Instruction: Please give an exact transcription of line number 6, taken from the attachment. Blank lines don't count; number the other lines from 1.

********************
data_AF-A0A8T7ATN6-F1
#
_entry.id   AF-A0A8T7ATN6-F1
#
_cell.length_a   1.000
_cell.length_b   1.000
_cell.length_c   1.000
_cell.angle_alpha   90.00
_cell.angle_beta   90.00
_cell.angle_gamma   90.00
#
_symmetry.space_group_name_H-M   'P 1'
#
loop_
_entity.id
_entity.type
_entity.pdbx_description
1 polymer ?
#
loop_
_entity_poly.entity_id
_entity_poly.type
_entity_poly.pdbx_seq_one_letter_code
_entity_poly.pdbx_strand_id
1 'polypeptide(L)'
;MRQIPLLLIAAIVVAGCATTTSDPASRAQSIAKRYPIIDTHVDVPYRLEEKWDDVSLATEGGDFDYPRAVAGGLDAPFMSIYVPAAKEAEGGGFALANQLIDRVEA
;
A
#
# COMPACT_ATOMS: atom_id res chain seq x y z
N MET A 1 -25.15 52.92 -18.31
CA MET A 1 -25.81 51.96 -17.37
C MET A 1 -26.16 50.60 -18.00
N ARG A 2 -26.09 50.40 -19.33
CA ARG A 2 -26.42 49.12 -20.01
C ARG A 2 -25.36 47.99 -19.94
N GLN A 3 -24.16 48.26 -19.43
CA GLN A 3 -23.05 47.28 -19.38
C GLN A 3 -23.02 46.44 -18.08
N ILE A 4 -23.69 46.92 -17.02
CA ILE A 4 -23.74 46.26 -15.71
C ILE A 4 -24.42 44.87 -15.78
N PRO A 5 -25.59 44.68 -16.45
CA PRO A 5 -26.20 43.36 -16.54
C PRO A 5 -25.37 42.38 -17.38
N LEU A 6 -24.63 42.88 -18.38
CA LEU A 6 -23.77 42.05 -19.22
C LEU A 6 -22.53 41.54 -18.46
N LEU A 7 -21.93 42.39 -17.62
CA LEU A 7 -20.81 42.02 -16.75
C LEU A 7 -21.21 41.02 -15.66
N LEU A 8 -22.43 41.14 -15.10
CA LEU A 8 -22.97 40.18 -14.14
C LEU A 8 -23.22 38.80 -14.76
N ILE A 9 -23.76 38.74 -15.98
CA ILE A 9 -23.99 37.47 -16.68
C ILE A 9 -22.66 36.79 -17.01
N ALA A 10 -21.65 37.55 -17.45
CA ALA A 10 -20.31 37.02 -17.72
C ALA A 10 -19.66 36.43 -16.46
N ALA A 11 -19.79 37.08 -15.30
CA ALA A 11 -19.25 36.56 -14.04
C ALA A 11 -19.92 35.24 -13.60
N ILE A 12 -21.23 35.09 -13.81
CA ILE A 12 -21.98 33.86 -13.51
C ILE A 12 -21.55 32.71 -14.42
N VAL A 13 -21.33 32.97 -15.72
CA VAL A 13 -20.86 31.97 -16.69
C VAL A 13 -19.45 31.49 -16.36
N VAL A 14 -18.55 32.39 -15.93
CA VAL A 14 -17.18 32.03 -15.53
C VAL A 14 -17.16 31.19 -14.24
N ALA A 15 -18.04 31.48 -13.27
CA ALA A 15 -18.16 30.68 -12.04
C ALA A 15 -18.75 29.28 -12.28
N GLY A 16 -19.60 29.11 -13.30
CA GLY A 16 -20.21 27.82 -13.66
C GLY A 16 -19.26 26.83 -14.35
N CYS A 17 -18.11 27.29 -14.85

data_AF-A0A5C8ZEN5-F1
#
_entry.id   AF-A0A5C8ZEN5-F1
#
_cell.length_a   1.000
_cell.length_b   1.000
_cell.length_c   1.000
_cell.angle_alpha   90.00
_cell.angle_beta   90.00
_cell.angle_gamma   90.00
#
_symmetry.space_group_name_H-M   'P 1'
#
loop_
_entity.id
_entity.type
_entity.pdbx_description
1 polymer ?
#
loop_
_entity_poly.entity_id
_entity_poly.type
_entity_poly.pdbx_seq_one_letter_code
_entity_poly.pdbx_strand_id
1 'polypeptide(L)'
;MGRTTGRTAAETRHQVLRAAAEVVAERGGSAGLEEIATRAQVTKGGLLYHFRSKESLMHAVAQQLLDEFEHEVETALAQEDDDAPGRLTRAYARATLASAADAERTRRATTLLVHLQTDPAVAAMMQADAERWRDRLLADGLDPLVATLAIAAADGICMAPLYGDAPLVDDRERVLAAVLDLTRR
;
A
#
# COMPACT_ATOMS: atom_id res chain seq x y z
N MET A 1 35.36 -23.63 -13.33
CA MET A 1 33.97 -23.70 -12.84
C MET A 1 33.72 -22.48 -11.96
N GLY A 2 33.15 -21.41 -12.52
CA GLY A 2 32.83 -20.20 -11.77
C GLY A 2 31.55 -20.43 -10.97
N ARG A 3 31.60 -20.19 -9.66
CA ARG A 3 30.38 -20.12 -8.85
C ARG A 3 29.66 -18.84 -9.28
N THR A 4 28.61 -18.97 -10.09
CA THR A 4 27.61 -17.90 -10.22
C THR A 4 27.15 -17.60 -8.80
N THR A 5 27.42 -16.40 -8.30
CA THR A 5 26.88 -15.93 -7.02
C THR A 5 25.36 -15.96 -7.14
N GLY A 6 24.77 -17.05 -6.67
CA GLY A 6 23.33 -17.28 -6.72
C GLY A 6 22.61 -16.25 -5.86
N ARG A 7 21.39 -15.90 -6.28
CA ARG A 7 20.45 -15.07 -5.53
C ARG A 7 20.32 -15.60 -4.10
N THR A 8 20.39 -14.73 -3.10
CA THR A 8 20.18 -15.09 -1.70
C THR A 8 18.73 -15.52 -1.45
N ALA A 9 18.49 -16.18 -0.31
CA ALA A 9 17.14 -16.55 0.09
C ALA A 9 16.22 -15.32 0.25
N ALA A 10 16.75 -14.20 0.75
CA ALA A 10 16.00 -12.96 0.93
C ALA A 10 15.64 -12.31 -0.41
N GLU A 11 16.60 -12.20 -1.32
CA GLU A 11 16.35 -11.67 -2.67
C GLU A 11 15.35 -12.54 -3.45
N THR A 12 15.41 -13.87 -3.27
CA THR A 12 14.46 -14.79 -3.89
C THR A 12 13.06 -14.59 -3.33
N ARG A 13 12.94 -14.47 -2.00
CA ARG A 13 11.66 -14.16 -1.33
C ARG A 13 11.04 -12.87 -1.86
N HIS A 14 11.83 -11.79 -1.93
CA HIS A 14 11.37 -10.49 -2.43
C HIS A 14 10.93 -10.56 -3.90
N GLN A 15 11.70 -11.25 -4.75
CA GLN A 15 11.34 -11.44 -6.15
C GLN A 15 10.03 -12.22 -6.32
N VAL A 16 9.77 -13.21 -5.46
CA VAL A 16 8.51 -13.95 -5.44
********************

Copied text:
_cell.length_b   1.000